Author: Patrick Rothfuss
Genre: High Fantasy
Length: 35,000 words, 160 (sparse) pages
Read: October 28-19, 2014
The Name of the Wind and The Wise Man’s Fear are Patrick Rothfuss’ excellent “normal” high fantasy novels. The brand new Slow Regard is a novella set in the same world, featuring a minor character (Auri, the fey girl at the University). This intriguing little book sits completely aside from the main series of novels. But it should not be read on its own.
Properly, Slow Regard feels like a short story. A long one, but Rothfuss is a verbose writer. Or perhaps it’s a poem. It lacks most of the things that stories (particularly novels) normally have. In Rothfuss’ own words there is no: conflict, dialogue, or action. It has one character. It’s very beautifully written. This isn’t much of a surprise, as Rothfuss is one of fantasy’s most artful prosesmiths. Basically, this is an exploration of Point of View, specifically Auri’s more than a little schizophrenic/OCD POV. It captures that masterfully, being simultaneously beautiful and heart-wrenching. Rothfuss deftly slips us into her strange world view. Pretty much he wrote it for himself, but some of us will enjoy it as well.
Does it work? Mostly. As a portrait of madness? yes. As entertainment? the prose carried me through about 3/4 of the way. I started to falter at the 10-15 page “soap making adventure.” Ultimately I liked it. The story has an ethereal quality that is rare and delicate. But would I if I wasn’t a writer and fond of technique? I’m not sure. It’s not so long that one can’t power through.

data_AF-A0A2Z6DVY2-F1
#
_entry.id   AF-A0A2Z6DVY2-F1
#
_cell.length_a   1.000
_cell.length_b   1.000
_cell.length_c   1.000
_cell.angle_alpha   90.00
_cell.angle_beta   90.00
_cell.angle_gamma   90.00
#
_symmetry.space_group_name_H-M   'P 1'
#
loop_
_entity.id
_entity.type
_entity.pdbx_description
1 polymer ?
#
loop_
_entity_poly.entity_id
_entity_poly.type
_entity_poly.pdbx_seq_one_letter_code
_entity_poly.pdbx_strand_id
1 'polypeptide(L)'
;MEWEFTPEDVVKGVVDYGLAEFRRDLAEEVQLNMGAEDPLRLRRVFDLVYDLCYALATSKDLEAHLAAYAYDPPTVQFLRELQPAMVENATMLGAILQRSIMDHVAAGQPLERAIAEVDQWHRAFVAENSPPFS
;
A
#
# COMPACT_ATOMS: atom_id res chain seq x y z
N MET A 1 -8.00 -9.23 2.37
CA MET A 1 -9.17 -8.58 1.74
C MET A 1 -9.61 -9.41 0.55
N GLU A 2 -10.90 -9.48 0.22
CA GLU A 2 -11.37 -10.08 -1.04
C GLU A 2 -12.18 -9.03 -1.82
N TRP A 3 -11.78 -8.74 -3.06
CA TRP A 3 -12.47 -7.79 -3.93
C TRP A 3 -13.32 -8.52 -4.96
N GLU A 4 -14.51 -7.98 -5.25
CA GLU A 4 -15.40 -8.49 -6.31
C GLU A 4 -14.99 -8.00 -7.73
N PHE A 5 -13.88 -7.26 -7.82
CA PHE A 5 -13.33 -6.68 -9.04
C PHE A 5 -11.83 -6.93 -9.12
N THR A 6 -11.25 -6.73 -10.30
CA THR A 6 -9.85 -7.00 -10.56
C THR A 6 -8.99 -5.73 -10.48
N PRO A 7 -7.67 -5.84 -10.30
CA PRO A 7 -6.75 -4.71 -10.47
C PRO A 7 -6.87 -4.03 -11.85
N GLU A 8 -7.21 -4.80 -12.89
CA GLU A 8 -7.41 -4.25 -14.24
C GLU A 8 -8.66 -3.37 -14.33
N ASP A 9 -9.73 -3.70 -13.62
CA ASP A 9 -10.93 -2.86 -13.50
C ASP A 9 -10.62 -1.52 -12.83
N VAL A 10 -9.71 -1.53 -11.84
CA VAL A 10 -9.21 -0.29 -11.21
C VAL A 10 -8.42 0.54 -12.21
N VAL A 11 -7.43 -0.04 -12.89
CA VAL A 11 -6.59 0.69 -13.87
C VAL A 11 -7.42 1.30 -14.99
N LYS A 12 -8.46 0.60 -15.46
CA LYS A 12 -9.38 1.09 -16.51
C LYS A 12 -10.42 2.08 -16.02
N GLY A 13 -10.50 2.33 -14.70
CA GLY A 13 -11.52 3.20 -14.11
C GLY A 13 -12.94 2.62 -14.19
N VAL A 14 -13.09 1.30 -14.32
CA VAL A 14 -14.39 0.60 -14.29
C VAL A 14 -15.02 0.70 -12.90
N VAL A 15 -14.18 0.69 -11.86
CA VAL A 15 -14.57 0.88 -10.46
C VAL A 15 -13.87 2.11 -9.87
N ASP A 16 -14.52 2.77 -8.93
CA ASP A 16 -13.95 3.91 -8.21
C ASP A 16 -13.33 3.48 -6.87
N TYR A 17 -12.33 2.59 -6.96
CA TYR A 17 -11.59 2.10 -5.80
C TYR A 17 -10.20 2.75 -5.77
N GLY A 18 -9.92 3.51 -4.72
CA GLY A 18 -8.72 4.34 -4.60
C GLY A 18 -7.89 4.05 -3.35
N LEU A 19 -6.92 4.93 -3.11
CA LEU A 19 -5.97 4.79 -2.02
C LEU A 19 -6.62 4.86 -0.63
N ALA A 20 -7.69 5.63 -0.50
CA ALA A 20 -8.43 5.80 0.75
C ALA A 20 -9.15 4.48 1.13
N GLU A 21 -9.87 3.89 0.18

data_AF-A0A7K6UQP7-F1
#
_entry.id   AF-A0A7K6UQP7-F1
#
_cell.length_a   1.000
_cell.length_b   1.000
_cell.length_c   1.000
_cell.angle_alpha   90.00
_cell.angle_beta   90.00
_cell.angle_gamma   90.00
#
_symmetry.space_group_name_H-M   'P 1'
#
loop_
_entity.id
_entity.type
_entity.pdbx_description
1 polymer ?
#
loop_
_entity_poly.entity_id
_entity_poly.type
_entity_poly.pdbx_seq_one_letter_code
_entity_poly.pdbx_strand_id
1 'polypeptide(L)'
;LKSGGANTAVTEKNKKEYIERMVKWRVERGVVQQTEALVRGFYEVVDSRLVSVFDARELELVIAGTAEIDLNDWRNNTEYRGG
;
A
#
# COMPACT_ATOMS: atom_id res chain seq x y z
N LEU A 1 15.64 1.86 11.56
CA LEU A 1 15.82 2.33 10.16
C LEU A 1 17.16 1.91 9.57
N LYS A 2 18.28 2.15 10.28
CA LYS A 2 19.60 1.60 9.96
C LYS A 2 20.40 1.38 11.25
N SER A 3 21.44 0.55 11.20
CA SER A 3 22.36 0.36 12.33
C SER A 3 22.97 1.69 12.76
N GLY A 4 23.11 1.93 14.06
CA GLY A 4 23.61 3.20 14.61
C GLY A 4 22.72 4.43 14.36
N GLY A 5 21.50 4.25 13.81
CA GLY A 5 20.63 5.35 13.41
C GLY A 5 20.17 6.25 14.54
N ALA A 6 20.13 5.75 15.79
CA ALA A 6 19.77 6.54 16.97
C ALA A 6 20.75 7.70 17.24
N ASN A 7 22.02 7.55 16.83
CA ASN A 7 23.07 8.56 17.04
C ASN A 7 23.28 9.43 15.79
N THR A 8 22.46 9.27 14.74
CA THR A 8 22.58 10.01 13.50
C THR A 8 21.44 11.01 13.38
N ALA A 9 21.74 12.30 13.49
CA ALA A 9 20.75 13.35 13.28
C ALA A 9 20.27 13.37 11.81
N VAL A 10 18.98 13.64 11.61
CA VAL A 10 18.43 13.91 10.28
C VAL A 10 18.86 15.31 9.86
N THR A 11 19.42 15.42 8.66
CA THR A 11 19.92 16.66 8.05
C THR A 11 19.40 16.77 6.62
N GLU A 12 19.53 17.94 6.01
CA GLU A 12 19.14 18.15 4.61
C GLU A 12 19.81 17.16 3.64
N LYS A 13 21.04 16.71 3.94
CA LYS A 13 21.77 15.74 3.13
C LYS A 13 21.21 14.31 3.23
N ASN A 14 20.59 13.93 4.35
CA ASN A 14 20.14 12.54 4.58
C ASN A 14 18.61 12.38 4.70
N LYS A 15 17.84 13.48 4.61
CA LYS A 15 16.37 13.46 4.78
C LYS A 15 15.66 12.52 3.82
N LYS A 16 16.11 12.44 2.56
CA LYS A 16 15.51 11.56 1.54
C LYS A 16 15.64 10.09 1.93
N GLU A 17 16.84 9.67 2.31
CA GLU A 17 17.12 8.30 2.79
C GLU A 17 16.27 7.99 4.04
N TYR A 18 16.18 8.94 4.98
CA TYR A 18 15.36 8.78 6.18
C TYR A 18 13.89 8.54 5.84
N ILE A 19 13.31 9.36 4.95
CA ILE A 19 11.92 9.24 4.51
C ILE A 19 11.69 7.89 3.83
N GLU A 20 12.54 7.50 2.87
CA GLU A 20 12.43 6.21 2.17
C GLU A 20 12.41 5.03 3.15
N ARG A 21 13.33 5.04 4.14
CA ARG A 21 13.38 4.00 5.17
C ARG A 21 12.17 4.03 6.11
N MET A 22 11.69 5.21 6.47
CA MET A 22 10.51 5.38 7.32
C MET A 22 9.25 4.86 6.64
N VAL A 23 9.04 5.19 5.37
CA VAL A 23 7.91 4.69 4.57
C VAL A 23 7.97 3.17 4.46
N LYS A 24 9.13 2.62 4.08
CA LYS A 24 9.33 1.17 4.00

I would have liked to see a little more (some) fantasy. As written, Auri’s worldview could be entirely psychological. There is one dark hint that something bad happened to her at some point — but I’m not sure. I would have liked to learn a little more about the world and the “lore.” We don’t. We learn about the basement and the vast collection of empty rooms and small trinkets that Auri “cares for.”
You’ll have to judge for yourself if Slow Regard is for you. If you loved Rothfuss’ other books (as I did) and also have a fondness for arty “plot-light” creatives like David Lynch or Terry Gilliam (as I do) you’ll probably love it. If you require something to actually happen in your stories… well, maybe not.